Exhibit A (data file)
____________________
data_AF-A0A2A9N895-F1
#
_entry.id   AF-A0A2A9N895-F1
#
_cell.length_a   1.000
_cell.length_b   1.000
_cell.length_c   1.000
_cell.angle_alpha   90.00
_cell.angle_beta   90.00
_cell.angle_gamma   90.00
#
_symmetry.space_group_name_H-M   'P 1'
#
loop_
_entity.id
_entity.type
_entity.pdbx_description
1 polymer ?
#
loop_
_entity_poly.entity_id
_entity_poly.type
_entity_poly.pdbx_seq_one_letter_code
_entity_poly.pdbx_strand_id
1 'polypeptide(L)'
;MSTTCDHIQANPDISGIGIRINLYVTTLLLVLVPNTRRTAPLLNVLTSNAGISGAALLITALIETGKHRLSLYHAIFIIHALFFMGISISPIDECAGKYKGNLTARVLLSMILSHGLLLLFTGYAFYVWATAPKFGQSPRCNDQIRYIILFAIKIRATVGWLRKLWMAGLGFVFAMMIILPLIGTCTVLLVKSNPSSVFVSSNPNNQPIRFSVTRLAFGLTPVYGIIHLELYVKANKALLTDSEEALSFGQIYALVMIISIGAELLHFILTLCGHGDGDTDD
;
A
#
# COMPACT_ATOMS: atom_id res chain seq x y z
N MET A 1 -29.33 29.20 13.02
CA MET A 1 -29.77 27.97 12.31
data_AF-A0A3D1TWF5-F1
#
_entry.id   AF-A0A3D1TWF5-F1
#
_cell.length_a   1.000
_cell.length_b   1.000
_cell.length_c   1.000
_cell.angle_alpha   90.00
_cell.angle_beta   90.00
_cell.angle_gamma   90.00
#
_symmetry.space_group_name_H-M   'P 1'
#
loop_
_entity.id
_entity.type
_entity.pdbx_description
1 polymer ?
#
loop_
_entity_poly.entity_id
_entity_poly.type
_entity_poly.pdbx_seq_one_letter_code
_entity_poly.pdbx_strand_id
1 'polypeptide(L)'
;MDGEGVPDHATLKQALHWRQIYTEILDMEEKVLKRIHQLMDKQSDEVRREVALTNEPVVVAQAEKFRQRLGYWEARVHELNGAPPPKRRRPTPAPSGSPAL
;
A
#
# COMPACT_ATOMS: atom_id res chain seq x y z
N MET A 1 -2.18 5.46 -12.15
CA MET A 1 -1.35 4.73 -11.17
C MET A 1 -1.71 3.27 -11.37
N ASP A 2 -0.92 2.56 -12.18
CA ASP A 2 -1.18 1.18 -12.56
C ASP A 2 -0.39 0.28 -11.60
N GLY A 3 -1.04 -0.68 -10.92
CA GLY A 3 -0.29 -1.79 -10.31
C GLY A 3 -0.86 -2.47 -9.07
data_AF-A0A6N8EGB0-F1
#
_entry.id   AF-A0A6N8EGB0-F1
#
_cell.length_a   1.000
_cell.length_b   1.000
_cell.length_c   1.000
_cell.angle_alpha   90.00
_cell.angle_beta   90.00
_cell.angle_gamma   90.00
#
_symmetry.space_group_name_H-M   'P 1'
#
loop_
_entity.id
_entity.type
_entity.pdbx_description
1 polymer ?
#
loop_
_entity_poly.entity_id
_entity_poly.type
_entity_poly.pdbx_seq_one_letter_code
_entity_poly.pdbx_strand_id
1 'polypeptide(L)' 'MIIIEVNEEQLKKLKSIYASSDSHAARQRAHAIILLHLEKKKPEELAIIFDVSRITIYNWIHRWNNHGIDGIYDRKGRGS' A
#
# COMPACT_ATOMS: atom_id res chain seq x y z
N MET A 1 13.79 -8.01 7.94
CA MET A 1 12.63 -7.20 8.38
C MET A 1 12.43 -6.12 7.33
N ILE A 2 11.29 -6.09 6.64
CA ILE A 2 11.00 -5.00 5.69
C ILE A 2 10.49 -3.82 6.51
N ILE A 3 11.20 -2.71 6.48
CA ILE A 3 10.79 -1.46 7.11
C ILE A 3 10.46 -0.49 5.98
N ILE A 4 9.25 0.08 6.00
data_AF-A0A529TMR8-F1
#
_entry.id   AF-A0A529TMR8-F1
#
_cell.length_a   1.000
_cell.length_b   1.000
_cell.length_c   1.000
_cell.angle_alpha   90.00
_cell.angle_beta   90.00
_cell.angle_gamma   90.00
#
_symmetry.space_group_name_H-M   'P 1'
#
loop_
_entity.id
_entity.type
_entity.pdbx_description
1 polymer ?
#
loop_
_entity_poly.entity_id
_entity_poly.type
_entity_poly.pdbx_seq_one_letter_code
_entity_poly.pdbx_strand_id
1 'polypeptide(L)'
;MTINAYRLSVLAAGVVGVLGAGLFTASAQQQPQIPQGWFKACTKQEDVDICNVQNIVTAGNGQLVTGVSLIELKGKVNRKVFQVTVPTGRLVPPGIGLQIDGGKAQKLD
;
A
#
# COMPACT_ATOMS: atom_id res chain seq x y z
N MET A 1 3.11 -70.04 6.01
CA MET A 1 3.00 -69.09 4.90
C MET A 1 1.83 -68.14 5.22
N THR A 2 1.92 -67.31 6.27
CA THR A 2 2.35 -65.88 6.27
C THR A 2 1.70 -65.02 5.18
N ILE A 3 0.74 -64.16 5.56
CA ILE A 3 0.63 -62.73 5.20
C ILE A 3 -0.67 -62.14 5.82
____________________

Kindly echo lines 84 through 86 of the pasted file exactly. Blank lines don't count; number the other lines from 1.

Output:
#
loop_
_entity.id